It was 2020-21, and I was an impulsive photobook-buying so-and-so. Over about 16 months, I bought nearly a dozen Daido Moriyama books. It might just be these purchases that led me to essentially stop buying photobooks entirely….
I don’t mean to disparage the master. Moriyama is a master of his craft. He is a PHOTOGRAPHER, full stop. I’m a hack on a good day and know next to nothing about Japan, being Japanese, or shooting like a world famous photographer who was around for Provoke and shot with Takuma Nakihara and that crowd. The Record series is a wonderful document of contemporary Japan, or, rather, of wherever the master shot the frames for a given issue. Given that, at time of writing, these number at least 50, I expect there’s a gold mine in there for archivists and historians, and anyone interested in Japan. As far as the photography itself goes, Moriyama knows what he’s doing, and his throwaways are better than my best shots. Still, individual issues of the Record series aren’t meant to be masterworks. It’s the project itself that holds the import, I think. Sure, some of the images may appear in later books or exhibitions; most won’t be seen again. It’s nice to see the better discards and to appreciate that even Moriyama sometimes just takes a random hip shot, and for that, it’s worth taking a look at one Record at least.
Moriyama made the photographs for Record #45 between April and June of 2020 while recovering from a health issue in his hometown(s) of Zushi and Shonan. Images for #46 were made at an unspecified time—Moriyama writes that when he”…took to the streets of Kabukicho that day….”* but is otherwise not specific about the date or if it was one or many days—in his Shinjuku, by all accounts, a photographer’s playground. There are clear differences between the two issues, as there are between the two locations, and Moriyama covers his usual themes—more about these later, if not in this review, then in later reviews of the many many other Moriyama books on the To-Review shelf—and the photographs are fresh: you’re not going to spot one that he reused from an earlier book or zine. And I’m grateful to have these two volumes of Record, both signed (they’re all be signed) and to have looked at them enough to pick up some very slight differences between the two.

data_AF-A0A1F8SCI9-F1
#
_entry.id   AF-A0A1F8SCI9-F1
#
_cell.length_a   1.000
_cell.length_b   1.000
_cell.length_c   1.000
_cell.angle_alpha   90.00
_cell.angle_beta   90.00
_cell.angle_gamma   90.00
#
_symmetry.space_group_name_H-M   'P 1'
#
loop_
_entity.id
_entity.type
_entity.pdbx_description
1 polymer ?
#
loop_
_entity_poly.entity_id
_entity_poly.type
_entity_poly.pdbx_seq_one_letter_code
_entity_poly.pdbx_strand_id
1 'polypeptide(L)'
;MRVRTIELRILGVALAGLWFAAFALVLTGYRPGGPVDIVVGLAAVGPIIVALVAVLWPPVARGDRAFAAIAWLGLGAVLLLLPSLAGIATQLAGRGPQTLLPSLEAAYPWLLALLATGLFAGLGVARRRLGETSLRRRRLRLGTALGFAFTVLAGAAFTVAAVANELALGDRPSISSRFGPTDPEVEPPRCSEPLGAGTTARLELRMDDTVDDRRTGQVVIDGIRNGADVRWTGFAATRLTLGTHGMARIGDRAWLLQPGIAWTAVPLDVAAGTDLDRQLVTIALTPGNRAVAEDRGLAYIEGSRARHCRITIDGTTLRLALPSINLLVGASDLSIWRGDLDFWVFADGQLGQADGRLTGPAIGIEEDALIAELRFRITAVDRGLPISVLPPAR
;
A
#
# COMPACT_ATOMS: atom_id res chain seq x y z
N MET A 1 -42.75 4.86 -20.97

#45 is sorta grittier and dirtier, maybe, with somewhat more focus on patterns; #46, made in Shinjuku, has more images of with young women in the frame, and have more life on the street. I wrote a bunch more about the differences, then looked at the books again and realized I had it all wrong, backwards, mixed up. Shonan and Zushi look like places to live and work; Shinjuku looks like a place to shop.
Deep in the recesses of my deeply fallible memory, I remember various photo people issuing dire warnings about Shinjuku, and I got the idea that maybe it was sorta like Deep Ellum. During the day, the Dallas neighborhood is home to a handful of rather upscale restaurants and boutiques, and at night it’s all bars and clubs, and a place where you can eff around and find out, for sure. Shinjuku looks far more prosperous and bigger, but it seems to have that air of rock & roll glamour about it, though maybe I’m projecting. And I’m probably just trying to come up with something to say….
Now. As regards my claim above that the glut of Moriyama purchases led me to stop buying photobooks. It’s not really true, not at all. The proximate cause was a private communication from Blake Andrews, who suggested I maybe knew enough about photobooks to not really need the—for me—variety. Once I determined to let my subscription lapse, I felt a general unease, and I forced myself to delete publisher emails without opening them. And with @swerdnaekalb moving his excellent reviews to Collector Daily and Instagram, and with me visiting neither very often, I was able to largely stop impulse-buying photobooks, and with the To-Review shelves still holding hundreds of books, it’s all just too heavy for me. And still, by the time I unboxed the last couple of Moriyama books, I was over him. William Klein’s claim that Moriyama as been making 1950s Klein pictures for 75 years is probably false, but has some kernel of truth in it. Later digital Moriyama is slightly less gritty, maybe, than earlier, pushed film Moriyama. It can’t be helped. The early Ricoh GRDs that Moriyama used had some great grit, but they cleaned up with the newer GRs, and whatever he used for these two issues of Record are cleaner yet, but it’s still all easily recognizable as Moriyama.
If you’ve seen one Moriyama, you haven’t seen them all, and still: a dozen Moriyama photobooks is probably too many, even for someone with ~500 or more photobooks in his library.
If you’re interested, both #45 and #46 are readily available, signed, and they’re fairly cheap, cheaper than the other books I bought in my Moriyama-binge. From my comic book collecting days—and I suspect this was manufactured, if not by Marvel and DC, then certainly by the comic book sellers—I feel a near compulsion to snag Issue 50 but I’m resisting, and seemingly successfully.
*Moriyama, Daido. Record No. 46. Akio Nagasawa, Ginza, Tokyo. 2021. Text in Japanese and English. unpaginated.